Even though many people enjoy their morning cup of joe, there may be reasons that you decide to cut back on the caffeine and try decaf instead. But, other than the caffeine content, is there a difference in health benefits with decaf vs. regular coffee?
Science says no. A 6-ounce mug of decaf coffee provides 0-7 mg/caffeine, but without sacrificing any of the important antioxidants that come with regular coffee [29
]. As such, you can still enjoy the taste of coffee and reap the benefits without any of the jitters.
Who shouldn’t drink coffee?
Caffeine can increase the risk of certain health complications, so lower intakes are recommended for pregnant women (0-200 mg/day) and individuals with anxiety, heart disease, diabetes, and seizures [30
If you fall into any of these categories, talk with your healthcare provider to see if caffeine is right for you, and how much (if any) is recommended.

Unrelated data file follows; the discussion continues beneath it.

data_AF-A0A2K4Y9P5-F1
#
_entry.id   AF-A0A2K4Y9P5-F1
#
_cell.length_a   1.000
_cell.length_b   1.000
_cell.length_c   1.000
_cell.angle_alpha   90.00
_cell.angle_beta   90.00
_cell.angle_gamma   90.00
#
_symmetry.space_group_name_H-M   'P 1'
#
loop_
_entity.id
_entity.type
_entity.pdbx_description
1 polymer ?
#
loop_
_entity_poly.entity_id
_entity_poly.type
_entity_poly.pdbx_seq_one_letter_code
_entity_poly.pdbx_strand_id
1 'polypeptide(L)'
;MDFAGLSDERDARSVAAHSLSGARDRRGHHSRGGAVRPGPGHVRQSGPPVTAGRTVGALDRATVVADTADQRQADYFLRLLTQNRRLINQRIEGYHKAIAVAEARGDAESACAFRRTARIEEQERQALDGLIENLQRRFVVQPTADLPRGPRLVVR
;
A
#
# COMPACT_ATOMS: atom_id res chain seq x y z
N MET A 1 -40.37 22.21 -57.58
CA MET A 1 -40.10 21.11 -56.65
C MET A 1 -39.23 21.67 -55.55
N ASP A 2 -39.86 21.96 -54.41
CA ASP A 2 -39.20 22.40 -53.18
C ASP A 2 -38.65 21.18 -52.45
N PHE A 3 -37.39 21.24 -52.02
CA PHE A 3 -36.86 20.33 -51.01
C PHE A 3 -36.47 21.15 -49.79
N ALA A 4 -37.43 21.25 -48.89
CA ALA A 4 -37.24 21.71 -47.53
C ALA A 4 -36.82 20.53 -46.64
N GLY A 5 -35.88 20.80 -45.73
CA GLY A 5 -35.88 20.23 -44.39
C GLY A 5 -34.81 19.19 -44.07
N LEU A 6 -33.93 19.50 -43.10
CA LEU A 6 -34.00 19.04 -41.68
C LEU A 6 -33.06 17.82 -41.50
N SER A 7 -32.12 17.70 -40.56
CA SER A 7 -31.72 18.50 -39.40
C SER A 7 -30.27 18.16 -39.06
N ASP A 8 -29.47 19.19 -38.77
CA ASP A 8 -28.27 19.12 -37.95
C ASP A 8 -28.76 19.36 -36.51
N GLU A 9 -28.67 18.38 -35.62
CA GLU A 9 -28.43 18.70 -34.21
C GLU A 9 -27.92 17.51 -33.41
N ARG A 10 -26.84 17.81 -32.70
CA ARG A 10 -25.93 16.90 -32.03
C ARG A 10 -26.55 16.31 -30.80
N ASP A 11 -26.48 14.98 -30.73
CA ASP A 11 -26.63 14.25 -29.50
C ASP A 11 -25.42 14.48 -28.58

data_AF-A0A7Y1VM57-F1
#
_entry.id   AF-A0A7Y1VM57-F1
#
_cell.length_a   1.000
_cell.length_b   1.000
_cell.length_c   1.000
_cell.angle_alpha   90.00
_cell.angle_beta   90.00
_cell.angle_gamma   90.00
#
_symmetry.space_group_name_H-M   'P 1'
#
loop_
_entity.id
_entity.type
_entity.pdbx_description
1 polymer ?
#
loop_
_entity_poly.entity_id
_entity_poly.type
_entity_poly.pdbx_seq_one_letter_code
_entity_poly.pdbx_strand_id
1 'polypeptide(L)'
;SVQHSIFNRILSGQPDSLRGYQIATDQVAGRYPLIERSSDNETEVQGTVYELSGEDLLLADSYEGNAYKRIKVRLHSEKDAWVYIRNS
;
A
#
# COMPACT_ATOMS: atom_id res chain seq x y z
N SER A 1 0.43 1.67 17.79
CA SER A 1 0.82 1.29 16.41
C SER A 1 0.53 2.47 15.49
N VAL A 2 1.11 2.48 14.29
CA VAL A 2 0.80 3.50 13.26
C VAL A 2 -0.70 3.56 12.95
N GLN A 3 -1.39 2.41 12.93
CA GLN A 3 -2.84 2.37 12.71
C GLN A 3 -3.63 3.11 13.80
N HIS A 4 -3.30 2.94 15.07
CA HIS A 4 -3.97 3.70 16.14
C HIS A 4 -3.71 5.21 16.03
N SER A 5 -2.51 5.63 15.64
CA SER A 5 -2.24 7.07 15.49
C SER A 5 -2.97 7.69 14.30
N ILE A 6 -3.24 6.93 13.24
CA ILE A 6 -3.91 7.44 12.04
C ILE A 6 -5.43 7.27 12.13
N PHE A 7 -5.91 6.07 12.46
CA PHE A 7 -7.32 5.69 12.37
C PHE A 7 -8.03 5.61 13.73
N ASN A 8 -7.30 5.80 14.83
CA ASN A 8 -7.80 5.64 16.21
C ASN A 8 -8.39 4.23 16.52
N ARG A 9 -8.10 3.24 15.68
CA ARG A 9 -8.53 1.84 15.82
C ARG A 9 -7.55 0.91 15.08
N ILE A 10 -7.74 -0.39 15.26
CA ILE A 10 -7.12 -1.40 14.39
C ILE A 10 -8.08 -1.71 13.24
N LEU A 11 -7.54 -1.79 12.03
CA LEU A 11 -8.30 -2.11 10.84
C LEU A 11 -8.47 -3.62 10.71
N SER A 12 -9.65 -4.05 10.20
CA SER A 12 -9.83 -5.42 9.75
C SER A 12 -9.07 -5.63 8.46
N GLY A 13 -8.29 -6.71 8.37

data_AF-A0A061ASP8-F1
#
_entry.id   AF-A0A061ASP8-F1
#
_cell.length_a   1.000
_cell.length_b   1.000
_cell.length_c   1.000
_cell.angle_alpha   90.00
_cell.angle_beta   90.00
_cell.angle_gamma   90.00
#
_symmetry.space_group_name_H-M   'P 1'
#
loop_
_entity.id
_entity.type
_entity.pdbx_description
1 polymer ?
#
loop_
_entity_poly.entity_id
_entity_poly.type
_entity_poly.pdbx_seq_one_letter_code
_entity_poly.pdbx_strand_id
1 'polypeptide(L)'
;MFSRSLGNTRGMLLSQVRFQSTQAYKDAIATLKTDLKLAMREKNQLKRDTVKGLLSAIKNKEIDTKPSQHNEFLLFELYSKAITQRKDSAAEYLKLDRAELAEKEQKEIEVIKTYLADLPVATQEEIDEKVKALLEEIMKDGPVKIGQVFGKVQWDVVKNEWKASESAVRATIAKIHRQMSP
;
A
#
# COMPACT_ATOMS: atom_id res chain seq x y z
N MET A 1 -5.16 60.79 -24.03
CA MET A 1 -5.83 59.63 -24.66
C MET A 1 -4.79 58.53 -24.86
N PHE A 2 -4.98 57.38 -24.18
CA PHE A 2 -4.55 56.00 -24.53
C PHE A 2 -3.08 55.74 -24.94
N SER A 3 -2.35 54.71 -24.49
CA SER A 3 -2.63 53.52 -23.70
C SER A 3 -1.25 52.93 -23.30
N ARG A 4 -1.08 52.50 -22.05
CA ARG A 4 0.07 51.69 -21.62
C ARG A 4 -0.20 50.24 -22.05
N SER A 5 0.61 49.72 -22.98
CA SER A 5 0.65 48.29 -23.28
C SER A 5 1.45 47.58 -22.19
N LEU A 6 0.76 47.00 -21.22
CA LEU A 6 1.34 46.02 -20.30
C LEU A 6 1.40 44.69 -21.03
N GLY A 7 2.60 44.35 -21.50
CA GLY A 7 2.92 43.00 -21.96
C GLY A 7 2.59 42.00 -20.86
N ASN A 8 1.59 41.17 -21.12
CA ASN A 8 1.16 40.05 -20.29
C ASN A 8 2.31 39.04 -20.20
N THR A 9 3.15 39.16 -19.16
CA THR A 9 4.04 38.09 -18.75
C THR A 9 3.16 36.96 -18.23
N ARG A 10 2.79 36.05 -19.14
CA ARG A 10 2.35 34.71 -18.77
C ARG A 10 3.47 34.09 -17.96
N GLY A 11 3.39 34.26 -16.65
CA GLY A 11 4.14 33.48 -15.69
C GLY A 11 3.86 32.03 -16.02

Coffee is a well-loved beverage that has long been associated with improved energy, sharpened focus, and increased performance, but emerging research shows that it can also extend your life. From improved brain health to a reduced risk of heart disease and type 2 diabetes, black coffee has numerous antioxidant benefits that greatly benefit health and reduce the risk of all-cause mortality. However, caffeine does have some negative side effects and is not recommended for everyone, so if you’re pregnant, have anxiety, or metabolize caffeine at a slower rate, it’s recommended to talk with your healthcare provider to see how much (if any) is right for you. Furthermore, the benefits seem to top out around 400 mg of caffeine per day, so there’s no need to go overboard to reap benefits.
Disclaimer: The text, images, videos, and other media on this page are provided for informational purposes only and are not intended to treat, diagnose or replace personalized medical care.